Cobert C edited for blog“My fondest hope is that the positive side of human relationships is reflected in my work.”

These are the words of sculptor Cobert C. Collins, a man who loved art and life and desired to share his passion with the world. He believed the process of making art was only complete when it was seen by others.

A collection of Cobert C. Collins’ art work, the bronze metal sculptures you see sprinkled throughout the City, are on display for you to enjoy, appreciate and interpret.

How these sculptures came to Westerville is quite a story. Collins started his career as a restaurateur, owning a couple successful eateries in upstate New York.

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“He started fooling around with clay and began creating ice carvings for catering orders for the business. He realized the talent was there. He liked doing it and wanted to pursue this growing artistic ability further,” said Mike Collins, Cobert Collins’ son.

In 1971, Cobert Collins began learning the craft of welding. He developed the technique of modeling bronze into stainless steel through a direct welding process. His concept was to eliminate the hard, manufactured look of welded steel.

“He used the metal to show movement, change and the importance of bonds between people. He was so full of joy and fascinated by our connection to the world, to each other and art,” said Mike.

After exhibiting at a couple small galleries in New York, Collins wanted to transition into making art full-time. So, he sold the restaurants and moved to West Palm Beach to focus on his craft.

“Both my father and I moved the same year for our careers. As he traveled to Florida, I settled into Westerville. It was definitely a turning point in our lives, a new chapter,” said Mike.

By 1981, Collin’s work began to take off. At the pinnacle of his career, Collins had his pieces in 16 different cities.

“He was one of the leading artists in Palm Beach County. I was so proud of him,” said Mike. “He had the perfect combination of business savvy and true artistic skill that made him so successful.”

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During the same time, Mike Collins’ love for the City of Westerville, the education system and the parks was growing. Mike Collins helped create the Westerville Parks Foundation when he served a term as Chair for the Recreation Advisory Board, and he is now an Ohio State Board of Education member.

After his father’s passing on March 19, 2013, Mike and his sister, Ricki, wanted to see their father’s legacy live on. A large portion of Collins’ work was given to the Westerville Parks Foundation in partnership with the Cobert C. Collins Memorial Sculpture Fund, LLC. Through this partnership his work continues to be displayed and sold in the greater Westerville area. (Fifty percent of the proceeds from the sale of these sculptures goes to the Westerville Parks Foundation, which further supports the Westerville Parks and Recreation Department and its programs.)

Mike Collins and Ricki Collins with Shadow Dancers

Mike Collins and Ricki Collins with Shadow Dancers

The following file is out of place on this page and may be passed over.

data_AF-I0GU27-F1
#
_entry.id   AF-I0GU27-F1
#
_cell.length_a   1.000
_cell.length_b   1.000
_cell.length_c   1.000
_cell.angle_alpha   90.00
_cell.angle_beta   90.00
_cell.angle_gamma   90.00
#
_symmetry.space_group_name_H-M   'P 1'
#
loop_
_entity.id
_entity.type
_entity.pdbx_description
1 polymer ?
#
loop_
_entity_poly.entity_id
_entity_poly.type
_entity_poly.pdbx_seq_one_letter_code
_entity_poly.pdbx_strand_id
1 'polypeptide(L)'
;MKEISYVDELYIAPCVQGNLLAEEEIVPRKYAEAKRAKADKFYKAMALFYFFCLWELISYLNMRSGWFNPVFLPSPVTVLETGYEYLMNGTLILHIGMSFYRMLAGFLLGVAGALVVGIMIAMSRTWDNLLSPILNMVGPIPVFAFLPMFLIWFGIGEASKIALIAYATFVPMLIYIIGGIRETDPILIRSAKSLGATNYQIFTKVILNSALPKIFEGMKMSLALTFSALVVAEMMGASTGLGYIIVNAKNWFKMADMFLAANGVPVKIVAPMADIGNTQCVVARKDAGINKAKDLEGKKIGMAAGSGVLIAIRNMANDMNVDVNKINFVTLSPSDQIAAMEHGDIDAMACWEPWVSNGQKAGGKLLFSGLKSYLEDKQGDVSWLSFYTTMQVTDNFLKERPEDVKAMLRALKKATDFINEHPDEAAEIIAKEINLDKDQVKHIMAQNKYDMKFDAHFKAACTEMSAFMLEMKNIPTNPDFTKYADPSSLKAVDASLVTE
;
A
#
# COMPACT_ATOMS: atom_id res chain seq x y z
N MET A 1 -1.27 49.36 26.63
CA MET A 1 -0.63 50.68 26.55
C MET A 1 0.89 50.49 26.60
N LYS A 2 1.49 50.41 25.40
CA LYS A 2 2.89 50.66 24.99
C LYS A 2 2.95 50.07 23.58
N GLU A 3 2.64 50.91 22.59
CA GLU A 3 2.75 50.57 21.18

“I have such a deep history with the Parks and Recreation Department and with the art world,” said Mike. “I saw this as a chance to marry those two interests. It is heartwarming to see my father’s work being appreciated here.”

It is too difficult for Mike to narrow down the list when it comes to his favorite piece. Many of the sculptures remind him of memories of his father and their family, like “Challenger” in front of the Westerville Community Center.

“It was 12:05 p.m. in January. I had gone to Florida to visit my Father. We were all driving in the car and looked up knowing the Challenger shuttle was set to take off around that time. We saw the explosion right before our eyes. It is something you will never forget. He made that piece as a tribute to the crew members,” said Mike.

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The Collins sculptures are now part of a community-wide art initiative being developed in Westerville for years to come.

“We are honored to have the Collins pieces in Westerville as the Parks and Recreation Department continues to grow public art in the community. The sculptures truly add aesthetic and educational value to the City,” said Westerville Parks and Recreation Director Randy Auler.

Mike hopes the collection will serve as a doorway for more artists in the area.

“Over the years, my father mentored many young artists. He wanted to see the art industry flourish. Our hope is that his work will continue to expose Westerville to various forms of artistic expression, become an inspiration to others and help pave the way for other artists to start a career here,” said Mike.

The next time you see a Collins sculpture, stop for a moment. See the celebration of life and help complete the artistic process that Cobert C. Collins believed in.

Click here for additional information on Cobert C. Collins and where to view his sculptures in Westerville. The Parks and Recreation Department is in production of a video featuring ways to enjoy public art in the City including the Collins Collection, so check back for more.

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